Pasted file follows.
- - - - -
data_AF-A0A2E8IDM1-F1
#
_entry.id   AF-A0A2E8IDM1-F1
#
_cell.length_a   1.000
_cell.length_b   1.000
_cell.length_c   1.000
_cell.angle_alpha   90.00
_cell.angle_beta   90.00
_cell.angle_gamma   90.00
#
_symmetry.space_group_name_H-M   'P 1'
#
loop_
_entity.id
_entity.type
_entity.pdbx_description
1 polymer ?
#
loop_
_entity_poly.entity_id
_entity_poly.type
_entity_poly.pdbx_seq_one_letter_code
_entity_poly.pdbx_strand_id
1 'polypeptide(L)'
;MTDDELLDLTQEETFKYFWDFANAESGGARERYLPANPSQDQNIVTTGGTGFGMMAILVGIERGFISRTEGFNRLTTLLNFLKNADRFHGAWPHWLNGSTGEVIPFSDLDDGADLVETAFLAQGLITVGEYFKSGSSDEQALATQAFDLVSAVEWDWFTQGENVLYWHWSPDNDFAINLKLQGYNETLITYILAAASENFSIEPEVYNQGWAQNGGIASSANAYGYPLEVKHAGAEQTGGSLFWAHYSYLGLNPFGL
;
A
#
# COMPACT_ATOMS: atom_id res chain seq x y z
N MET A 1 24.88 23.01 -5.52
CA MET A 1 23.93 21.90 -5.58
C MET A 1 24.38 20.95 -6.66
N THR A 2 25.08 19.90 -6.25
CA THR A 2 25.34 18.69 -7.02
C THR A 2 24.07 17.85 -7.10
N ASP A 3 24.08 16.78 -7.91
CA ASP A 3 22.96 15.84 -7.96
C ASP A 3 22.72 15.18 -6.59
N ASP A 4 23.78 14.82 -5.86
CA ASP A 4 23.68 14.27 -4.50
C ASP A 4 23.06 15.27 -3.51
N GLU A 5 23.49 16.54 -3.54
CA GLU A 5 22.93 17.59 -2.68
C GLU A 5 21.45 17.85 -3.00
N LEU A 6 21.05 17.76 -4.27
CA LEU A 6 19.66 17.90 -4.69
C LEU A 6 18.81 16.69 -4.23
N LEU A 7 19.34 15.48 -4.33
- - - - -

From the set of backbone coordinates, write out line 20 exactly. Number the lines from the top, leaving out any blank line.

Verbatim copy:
loop_